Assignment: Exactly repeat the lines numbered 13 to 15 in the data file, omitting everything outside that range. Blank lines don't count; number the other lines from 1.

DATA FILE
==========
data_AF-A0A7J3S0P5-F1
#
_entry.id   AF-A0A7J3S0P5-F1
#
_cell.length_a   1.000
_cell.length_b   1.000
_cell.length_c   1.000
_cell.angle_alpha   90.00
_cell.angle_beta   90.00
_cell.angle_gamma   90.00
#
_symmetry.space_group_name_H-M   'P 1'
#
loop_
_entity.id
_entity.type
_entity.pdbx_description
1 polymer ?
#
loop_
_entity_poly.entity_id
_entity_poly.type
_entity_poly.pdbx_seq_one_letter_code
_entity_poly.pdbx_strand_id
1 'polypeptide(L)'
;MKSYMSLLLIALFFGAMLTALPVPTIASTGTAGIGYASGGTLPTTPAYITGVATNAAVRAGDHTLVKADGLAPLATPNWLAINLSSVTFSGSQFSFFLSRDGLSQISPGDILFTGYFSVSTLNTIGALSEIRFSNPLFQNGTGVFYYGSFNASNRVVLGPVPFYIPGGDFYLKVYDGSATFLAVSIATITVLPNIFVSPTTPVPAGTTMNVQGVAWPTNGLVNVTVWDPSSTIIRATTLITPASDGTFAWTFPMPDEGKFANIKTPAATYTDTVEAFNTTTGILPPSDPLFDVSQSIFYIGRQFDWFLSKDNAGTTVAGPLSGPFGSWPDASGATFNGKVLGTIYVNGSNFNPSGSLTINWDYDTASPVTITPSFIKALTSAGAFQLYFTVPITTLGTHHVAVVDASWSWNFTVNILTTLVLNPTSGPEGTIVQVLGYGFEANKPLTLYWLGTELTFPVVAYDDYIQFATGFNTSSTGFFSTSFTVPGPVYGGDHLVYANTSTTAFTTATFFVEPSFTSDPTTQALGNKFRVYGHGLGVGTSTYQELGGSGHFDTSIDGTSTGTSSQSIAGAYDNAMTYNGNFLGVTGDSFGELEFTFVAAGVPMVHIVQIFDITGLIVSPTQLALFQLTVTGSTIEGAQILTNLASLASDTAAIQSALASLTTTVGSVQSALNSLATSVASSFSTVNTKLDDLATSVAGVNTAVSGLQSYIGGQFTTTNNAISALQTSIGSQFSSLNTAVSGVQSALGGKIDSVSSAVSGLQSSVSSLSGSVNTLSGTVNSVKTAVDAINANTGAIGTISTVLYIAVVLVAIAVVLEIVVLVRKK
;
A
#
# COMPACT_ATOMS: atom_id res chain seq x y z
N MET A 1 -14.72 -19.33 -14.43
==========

#
loop_
_entity.id